- Sleeping gear (hammock, tarp, mossie net, sleeping mat, sleeping bag). A hammock with a mossie net is recommended as finding flat and clear ground can sometimes be difficult. Use a sleeping mat to stop the hammock from hugging you too tightly and for insulation as well as a sleeping bag.
- Water carrying capacity for two days (approximately 3 liters per day). Bring a large bladder or collapsible bottle to fill up for the bush bashing part. Some way of treating your water that you collect from the creeks [boil, UV, chemical, or filter]).
- First Aid Kit and Personal Locator Beacon (PLB) (also consider a satellite phone, mobile phone coverage is very poor)
- Topographic map & compass / GPS unit
- Snacks and dehydrated or freeze-dried food for the seven to ten days.
- Cooking utensils, stove, gas, etc... (Can share with someone else in your group). Open fires are prohibited in National Parks.
- Secateurs for cutting through the rainforest as it get very dense
- Torch and/or head lamp
- Warm clothing as it can get cold at night
- Wet weather gear
- Rubbish bags. All rubbish (including food scraps) must be carried out.
- Mossie repellent
- Sunscreen and sun protective clothing for the open bushland parts.
- A small trowel for burying faecal waste. Bury human waste and toilet paper at least 15 cm deep and 100m from camp sites, tracks and watercourses to guard against pollution and the spread of disease. Use toilet paper that breaks down (not wet wipes as there are made of plastic)
- Camping permit: "Mount Halifax remote bush camping"
What to expect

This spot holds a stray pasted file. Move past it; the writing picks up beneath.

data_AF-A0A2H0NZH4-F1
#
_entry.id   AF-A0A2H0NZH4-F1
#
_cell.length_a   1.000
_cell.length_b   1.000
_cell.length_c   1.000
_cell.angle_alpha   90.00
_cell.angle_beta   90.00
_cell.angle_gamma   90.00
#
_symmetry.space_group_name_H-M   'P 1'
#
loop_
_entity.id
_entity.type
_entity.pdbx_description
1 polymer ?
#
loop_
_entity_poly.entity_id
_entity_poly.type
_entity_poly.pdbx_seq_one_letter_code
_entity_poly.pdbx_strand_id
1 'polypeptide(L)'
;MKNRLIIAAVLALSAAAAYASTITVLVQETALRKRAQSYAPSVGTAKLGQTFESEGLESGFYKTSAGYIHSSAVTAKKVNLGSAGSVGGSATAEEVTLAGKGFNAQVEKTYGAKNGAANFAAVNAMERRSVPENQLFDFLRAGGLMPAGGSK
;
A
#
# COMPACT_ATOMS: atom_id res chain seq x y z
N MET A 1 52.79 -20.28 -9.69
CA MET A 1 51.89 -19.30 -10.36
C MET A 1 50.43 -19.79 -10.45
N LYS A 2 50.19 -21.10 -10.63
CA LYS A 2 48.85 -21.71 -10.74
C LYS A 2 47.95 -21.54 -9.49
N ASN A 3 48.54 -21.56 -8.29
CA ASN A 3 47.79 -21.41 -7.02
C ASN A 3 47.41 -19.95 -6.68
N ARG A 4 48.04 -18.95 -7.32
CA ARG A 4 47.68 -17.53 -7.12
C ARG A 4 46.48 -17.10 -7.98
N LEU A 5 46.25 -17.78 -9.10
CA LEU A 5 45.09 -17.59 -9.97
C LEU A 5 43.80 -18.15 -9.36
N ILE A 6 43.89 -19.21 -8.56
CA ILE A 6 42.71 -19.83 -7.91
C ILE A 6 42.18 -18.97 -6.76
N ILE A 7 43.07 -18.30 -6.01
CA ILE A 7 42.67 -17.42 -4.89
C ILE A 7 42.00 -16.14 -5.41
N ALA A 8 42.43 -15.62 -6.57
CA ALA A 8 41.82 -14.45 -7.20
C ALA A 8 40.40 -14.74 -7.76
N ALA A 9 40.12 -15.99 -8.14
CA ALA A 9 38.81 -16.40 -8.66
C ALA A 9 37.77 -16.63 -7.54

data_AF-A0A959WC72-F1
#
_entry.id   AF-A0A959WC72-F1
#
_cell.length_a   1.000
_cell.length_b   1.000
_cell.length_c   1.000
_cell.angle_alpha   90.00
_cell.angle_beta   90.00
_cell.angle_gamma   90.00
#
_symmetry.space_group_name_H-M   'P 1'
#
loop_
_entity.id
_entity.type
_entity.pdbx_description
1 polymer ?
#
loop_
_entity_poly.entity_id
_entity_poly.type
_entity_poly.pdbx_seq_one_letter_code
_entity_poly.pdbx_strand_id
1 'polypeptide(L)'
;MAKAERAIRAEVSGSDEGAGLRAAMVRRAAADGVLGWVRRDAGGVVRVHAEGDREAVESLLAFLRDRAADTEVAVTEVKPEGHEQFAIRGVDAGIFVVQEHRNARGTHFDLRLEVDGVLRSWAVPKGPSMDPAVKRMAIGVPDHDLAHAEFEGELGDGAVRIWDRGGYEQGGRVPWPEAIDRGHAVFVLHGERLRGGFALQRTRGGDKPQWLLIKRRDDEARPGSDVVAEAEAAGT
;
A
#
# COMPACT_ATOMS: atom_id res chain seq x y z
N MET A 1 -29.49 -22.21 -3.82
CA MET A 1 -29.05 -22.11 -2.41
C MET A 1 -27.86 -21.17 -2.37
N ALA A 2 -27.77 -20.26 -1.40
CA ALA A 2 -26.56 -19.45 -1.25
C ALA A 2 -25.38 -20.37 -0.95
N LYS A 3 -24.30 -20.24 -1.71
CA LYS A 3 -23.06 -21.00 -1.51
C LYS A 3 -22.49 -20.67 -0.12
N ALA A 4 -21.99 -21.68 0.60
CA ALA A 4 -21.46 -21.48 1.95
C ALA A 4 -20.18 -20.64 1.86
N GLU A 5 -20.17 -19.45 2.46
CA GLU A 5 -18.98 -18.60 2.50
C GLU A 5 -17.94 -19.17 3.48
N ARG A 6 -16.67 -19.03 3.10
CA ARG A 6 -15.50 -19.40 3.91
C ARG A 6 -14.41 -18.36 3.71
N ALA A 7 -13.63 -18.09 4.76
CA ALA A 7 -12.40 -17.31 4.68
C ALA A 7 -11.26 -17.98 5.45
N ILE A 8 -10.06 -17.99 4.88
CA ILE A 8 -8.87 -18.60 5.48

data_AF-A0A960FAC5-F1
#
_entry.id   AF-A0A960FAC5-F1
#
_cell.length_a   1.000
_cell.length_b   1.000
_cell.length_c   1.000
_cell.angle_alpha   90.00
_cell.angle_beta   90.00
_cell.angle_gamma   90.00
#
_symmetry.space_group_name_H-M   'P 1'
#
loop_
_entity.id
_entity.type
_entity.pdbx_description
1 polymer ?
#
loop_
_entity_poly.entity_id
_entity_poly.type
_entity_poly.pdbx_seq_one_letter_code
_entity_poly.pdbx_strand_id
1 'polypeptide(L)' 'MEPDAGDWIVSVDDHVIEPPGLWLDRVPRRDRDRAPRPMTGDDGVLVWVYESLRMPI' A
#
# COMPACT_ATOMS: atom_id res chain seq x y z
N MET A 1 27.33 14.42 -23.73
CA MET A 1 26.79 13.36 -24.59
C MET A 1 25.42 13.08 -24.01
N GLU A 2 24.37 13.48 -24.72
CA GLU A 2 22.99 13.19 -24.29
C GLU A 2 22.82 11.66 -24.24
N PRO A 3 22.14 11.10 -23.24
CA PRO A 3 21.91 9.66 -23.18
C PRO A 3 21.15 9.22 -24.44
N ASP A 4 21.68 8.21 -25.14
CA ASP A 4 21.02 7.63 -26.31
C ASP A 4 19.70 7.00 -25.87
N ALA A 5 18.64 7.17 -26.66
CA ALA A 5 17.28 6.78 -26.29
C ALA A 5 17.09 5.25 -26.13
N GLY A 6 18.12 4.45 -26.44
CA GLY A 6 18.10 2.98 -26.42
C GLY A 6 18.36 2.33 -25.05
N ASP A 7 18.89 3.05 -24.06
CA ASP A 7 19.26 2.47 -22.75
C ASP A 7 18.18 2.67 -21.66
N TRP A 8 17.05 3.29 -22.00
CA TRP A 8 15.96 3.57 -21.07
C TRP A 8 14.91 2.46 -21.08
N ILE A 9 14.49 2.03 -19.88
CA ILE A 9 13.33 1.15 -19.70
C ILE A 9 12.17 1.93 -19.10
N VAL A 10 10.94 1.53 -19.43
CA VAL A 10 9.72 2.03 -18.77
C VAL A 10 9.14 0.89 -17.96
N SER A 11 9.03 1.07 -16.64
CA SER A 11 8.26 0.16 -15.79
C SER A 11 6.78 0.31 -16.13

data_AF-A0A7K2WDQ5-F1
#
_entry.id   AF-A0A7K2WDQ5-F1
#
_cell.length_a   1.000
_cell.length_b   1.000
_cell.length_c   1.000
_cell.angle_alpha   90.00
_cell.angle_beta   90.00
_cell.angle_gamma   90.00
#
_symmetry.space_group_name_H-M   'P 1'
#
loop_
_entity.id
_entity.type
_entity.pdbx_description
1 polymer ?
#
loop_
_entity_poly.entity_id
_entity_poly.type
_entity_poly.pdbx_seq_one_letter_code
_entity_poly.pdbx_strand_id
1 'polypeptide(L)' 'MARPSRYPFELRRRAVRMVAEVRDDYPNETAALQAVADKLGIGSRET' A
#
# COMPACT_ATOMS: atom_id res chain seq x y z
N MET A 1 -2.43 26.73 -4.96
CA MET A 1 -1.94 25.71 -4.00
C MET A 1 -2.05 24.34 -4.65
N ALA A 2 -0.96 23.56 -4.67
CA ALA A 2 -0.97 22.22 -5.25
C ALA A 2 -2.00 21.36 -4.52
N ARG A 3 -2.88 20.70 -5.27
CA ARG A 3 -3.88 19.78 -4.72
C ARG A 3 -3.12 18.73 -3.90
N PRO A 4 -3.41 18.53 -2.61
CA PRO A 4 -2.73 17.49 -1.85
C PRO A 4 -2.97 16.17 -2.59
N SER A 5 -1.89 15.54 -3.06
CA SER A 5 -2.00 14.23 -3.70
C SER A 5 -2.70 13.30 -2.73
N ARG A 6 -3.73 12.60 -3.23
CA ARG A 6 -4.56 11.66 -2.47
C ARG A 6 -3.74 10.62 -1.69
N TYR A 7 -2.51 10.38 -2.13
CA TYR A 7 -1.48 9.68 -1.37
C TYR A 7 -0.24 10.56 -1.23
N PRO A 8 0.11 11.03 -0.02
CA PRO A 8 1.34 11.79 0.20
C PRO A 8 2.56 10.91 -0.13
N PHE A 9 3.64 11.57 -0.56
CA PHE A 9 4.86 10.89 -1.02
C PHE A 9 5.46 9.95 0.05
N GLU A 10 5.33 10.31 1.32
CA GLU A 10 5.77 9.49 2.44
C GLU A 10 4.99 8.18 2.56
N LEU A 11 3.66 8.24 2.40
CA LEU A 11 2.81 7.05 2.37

- Other wildlife
- Gimpe Gimpe (Stinging Tree)
- Lawyer cane (Wait-a-while)
- Barbed wire vine
- Bladed grass
- Trip hazards
- Slippery wet rocks
The basic plan
- Get drop is off at the Bluewater Forestry Station (end of Forestry Rd)
- We then walk along the red, muddy four-wheel drive track for several kilometers walking approximately 15 km a day for the first two days, crossing several creeks, following the logging road to the end.
- Then navigate your way through the 10 km section that leads up on top of ridgeline where water may be scarce. I recommend an additional wine bladder or collapsible bottles with another 3-6 L of capacity for this part of the route. This is the 10km stretch between the Bluewater Range Track and the Paluma Tracks where we will be cutting our way through the rainforest. So day three you will start the bush bashing where you should aim to travel about 5 km a day.
- Join up with the old logging road from the Paluma end and continue along to Paluma Village.
Here's in an interactive map of the area.
This trip involves remote bush hiking and camping south of the Paluma township. Only experienced and well-equipped bushwalkers should undertake remote, off the track hikes. You must be self-sufficient and you may want to treated the water collected from creeks before drinking.
The volunteer track maintenance group will continue to cut our way through the rainforest and this track will be opened as a multi day walk soon.